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When Bill Walsh was coaching in the 1980s, he used to say that few can coach quarterbacks, and fewer can evaluate them. The wisdom from the old ball coach was true then and still holds true today, with many struggling to identify a proper quarterback.

This year, it’s perhaps even more difficult. With the draft class lacking a truly elite, standout prospect. Instead, it’s filled with players who may not be a fit for all systems, but are for a select few. In the end, that may be enough to determine who will or won’t succeed.

A quarterback that has many split is Southern California’s Matt Barkley. Once considered a top-tier and clear No. 1 prospect, he’s suddenly fallen in evaluator’s eyes and is debated not only as the second best quarterback, but in some cases, third best.

The biggest knock on Barkley has been his arm strength, which is clearly not to be mistaken for Aaron Rodgers’ arm or even Tom Brady’s arm at this point in his career. It’s synonymous with Matt Flynn’s, who throws a beautiful deep ball by putting air underneath it but struggles with velocity in the middle of the field. For some, that sets off a mental alarm. Flynn’s been a backup quarterback all his career and wasn’t exactly a highly-coveted passer coming out of LSU.

It’s true, he wasn’t.

But Barkley’s arm does compare to Flynn’s, even though the rest of his game perhaps doesn’t. Also like Flynn, Barkley needs more coaching coming out of school. His footwork tends to be scrambled under pressure, and he raises his arm up to pass the ball too quickly in those situations; both have led to sacks, fumbles, and a whole lot of inaccuracy. In addition, he doesn’t often reset his feet when forced to move and throw from a second platform, and he sometimes dwells on a read, which led to interceptions in 2012.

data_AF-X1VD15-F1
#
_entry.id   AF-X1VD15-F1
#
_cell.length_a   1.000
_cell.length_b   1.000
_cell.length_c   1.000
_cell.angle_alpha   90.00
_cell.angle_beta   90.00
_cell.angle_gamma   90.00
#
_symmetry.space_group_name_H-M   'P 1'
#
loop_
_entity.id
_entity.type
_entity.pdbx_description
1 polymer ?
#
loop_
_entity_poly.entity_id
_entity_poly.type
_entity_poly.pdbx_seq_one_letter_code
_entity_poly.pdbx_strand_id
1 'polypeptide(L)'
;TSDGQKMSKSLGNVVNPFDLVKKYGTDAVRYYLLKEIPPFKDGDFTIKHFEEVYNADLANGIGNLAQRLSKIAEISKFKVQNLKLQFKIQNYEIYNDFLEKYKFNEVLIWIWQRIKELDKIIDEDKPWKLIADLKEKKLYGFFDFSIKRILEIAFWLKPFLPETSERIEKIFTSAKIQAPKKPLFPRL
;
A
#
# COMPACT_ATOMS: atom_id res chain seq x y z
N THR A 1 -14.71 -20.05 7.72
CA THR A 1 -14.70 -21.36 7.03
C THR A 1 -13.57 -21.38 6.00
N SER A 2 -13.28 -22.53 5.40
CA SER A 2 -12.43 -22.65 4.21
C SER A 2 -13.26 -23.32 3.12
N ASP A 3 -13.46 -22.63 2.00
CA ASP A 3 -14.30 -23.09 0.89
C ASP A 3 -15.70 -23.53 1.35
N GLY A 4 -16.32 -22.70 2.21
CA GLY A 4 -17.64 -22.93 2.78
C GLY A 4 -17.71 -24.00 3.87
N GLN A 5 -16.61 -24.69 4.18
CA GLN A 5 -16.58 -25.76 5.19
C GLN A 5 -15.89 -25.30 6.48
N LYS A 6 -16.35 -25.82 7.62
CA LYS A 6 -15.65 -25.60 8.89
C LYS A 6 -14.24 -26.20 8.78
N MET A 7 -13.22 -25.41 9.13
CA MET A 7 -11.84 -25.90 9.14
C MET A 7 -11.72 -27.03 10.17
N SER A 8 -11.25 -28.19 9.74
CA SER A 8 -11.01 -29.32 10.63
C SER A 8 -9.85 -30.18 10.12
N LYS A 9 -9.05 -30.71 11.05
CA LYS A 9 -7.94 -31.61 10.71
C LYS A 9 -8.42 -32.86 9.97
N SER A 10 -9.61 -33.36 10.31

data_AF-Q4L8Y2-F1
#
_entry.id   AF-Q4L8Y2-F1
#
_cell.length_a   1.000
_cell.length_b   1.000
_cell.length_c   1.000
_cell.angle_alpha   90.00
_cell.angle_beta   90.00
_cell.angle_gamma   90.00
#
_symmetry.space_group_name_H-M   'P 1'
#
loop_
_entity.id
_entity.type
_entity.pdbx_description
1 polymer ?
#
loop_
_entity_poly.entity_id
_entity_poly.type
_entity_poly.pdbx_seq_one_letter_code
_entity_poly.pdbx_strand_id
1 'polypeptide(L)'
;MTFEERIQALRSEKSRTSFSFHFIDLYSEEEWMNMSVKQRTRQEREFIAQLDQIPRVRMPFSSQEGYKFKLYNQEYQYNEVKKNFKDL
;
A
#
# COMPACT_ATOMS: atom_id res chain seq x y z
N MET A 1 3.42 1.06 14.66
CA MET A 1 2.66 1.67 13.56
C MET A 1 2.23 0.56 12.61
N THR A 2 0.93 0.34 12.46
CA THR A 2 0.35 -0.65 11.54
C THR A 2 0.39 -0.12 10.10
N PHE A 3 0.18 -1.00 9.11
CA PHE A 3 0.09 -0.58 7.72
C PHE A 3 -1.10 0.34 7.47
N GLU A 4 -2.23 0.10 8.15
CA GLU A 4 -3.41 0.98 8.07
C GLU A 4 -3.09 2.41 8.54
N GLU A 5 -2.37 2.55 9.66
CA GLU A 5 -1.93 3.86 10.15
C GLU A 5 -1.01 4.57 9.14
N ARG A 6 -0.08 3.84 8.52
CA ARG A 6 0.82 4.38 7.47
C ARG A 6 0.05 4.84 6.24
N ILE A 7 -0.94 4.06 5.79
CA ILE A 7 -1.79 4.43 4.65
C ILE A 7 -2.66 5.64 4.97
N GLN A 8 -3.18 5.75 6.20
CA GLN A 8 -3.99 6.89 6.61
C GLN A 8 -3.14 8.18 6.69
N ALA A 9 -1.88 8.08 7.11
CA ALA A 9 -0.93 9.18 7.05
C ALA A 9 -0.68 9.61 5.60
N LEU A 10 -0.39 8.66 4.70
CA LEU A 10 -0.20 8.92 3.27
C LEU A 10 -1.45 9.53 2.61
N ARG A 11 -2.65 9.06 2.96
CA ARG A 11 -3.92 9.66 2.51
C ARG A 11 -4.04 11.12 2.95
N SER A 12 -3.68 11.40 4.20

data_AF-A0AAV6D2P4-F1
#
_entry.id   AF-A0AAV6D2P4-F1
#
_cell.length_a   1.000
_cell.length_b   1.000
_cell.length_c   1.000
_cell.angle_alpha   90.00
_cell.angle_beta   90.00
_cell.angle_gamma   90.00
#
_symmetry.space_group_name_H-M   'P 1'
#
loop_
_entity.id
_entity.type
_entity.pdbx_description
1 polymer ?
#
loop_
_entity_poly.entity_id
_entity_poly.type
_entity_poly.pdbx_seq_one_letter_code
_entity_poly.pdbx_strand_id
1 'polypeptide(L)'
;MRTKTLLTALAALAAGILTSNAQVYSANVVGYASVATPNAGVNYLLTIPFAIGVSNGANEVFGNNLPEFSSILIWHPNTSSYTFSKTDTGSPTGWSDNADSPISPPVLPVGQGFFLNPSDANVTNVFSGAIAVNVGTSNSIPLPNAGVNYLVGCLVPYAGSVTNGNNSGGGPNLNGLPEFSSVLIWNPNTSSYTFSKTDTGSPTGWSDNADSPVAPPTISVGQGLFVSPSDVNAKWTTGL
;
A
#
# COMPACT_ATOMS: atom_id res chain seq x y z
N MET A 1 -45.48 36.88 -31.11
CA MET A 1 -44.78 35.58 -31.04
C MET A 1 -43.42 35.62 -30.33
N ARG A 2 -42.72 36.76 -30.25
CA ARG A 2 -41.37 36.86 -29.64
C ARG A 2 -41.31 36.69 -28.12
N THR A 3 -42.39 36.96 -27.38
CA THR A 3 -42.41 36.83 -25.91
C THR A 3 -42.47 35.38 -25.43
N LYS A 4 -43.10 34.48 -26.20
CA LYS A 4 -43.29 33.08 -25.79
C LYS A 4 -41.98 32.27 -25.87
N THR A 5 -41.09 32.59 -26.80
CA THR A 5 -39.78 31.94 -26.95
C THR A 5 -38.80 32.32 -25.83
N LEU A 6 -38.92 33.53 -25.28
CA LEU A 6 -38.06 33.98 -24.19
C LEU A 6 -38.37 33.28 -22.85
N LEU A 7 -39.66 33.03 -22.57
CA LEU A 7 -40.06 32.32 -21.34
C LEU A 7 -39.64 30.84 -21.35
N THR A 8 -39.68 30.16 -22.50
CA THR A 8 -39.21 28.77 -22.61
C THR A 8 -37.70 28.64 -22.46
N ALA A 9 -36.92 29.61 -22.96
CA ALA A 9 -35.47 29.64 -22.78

Faced with a ferocious Stanford defense, Barkley stood in the shotgun set as he prepared to catch the football. To his right, he had two receivers facing three defenders. Both receivers were going to be running vertical routes; one on the numbers, the other down the sideline — that is if he could beat the initial jam at the line.

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Verticals.

When Barkley caught the snap, he scanned the field to his left before turning his eyes to the right. It was the short side of the field and the Cardinal’s defense still had three defenders in coverage. The linebacker was underneath the slot while the safety was over the top, and the perimeter cornerback was physical with the outside receiver.

In the pocket, Barkley stood with little-to-no pressure surrounding him. The USC offensive line kept the pocket clean against a delayed four-man rush, as their quarterback looked to make a snap decision of where he was throwing the ball. Despite having his slot receiver running free inside the numbers, Barkley chose to throw the ball outside.

To throw it in the slot or not to?

To throw it in the slot or not to?

Throwing the ball outside was not the ideal scenario for two reasons.

1. The receiver wasn’t open

2. It could have easily led to a turnover.

If Barkley throws the ball outside, the only logical ball placement would be out of bounds. Like Jim Harbaugh says to his quarterbacks, an incompletion is always better than an interception, even if it means the chains aren’t moved. In this case, Barkley threw the ball to his outside receiver, who struggled to get off the press coverage, and the ball was easily intercepted by the Stanford cornerback.

Bad decision.

Bad decision.

Barkley’s decisions are going to have to be better in the NFL, particularly because he doesn’t have a howitzer attached to his shoulder. He’s going to have to protect the ball and beat defenses before the snap. He’ll have to break down tendencies, read his keys, know where his receivers will be, and know where he’s going with the ball prior to throwing.

The best schematic fit for Barkley would be Bill Walsh’s old West Coast Offense, where he would throw short-to-intermediate passes off of play action. However, because the West Coast Offense has evolved tremendously since its inception, there’s no such pure philosophy.

The team that selects him will have to cater to his talent and his preferences much like the New England Patriots did when they chose Tom Brady to be their franchise quarterback and the Philadelphia Eagles have done over the years with the dual thinking of Andy Reid and Marty Mornhinweg.

If he goes to the right system, Barkley could be a successful pro. Conversely, if he goes to a coach who doesn’t know how to coach and scheme quarterbacks, then he has little chance.